- much has appeared on this topic, and it is now time to pool our collective information. Marie has agreed to write an article for The Bell Tower and I will assist in collecting information. All contributors will be acknowledged but no specific information will be published on just who owns which bell(s). Once it appears, a summary of results will also be posted here.
It has been mentioned that apparently the bells were available in three sizes - 4", 4 1/2", and 5" diameter measured across the mouth of the bell. We would like to know if any other sizes have been encountered.
Two clappers are known, one that is described as a ball or disk (see picture), and another described as a cross, cross-tongue, or star. I shall refer to these as ball or cross. Marie and I think that the ball clapper was used on the 4" bells and the cross clapper on the 4 1/2" and 5" bells. Again, please make a special note of any variations to this pattern.
Marie has seen dates ranging from 1909 - 1930. She thinks initial production was high, was reduced in the WW1 years of 1916 - 1919, then high production again, and finally a second reduction. Whether we can verify this depends on the number of responses that we receive from readers. We know there are many of these bells out there, and every response is important, so please assist us as much as possible.
Most bells have pairs of dates of the form 1832 - 19xx. However, she has seen some with a date of 1837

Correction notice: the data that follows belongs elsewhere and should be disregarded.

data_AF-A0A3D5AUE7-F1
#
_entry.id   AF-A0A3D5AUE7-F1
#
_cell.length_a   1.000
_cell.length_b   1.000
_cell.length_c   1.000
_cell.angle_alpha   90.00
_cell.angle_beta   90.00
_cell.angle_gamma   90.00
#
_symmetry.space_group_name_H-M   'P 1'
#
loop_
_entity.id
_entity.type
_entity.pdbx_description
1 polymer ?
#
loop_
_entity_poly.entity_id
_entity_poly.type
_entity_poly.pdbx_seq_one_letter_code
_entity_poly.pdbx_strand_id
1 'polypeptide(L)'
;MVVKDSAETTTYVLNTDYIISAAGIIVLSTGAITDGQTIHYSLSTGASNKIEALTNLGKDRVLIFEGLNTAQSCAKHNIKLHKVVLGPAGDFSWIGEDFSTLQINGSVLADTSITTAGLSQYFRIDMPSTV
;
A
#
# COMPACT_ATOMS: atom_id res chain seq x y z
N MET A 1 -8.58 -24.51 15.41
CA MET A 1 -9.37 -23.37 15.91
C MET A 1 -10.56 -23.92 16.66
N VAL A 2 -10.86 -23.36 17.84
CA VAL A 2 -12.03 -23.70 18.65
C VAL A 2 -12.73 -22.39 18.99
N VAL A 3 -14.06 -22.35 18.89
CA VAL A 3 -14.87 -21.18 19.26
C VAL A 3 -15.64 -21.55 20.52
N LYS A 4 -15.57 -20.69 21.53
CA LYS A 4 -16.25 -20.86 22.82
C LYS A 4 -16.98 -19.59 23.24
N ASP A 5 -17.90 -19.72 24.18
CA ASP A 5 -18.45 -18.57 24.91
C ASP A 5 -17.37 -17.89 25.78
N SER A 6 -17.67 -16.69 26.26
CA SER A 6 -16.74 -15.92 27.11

instead of 1832, and we would like very much to know just when these appeared.
I have five of these bells in various dates and sizes and Marie has quite a few more. The horizontal band in which the inscription appears has what I would describe as a "pebbled" composition, while I would describe the remainder of the bell as "smooth" and much like other animal bells of this era. However, Marie has a Bevin catalog which says that the bell was available in a choice of surfaces (and prices) - rough, rough with turned edge, polished, and tinned
. We must assume that all of ours are "rough" though that is a subjective description since we have no definitive examples of the second and third varieties. The last "tinned" or tin-plated variety might look shiny as a nickel-plated surface would, though how much of the plating might remain after 80-100 years is unknown.
In order not to clutter up this link unnecessarily, please send the following information to email@example.com
I will compile the basic information in table form, and pass specific information to Marie. For each of your bells I would like to know:1) Diameter of the mouth of this bell, probably 4", 4 1/2" or 5". Please note any variations.
2) Dates on this bell, probably 1832 - 19xx. Please specifically note 1837 if encountered.
3) Type of clapper - ball or cross.
4) Surface, if specifically known to be anything other than "rough."
Thus, the basic information transmitted might be like (4 1/2", 1832-1911, cross), (4", 1832-1915, ball), etc. If you have any other specific and verifiable
information to add, please send that as additional notes.Puritan Bell
- this has been discussed briefly in a separate link and seems to be related to the Colonial bell viewtopic.php?f=6&t=2421&p=4951&hilit=puritan#p4951
but very little is known about these bells. One difference seems to be that the Colonial bell has a brass loop and the Puritan bell has an iron loop. I have seen one in a 4" size with a ball clapper and a 5" size is mentioned with a cross clapper. Some are said to have a 1492 date, and others with a 1622 (or 1822) date. Perhaps they have both dates, or different dates. If you have specific information about a Puritan bell, then please pass that along also and we may try to incorporate it in this article.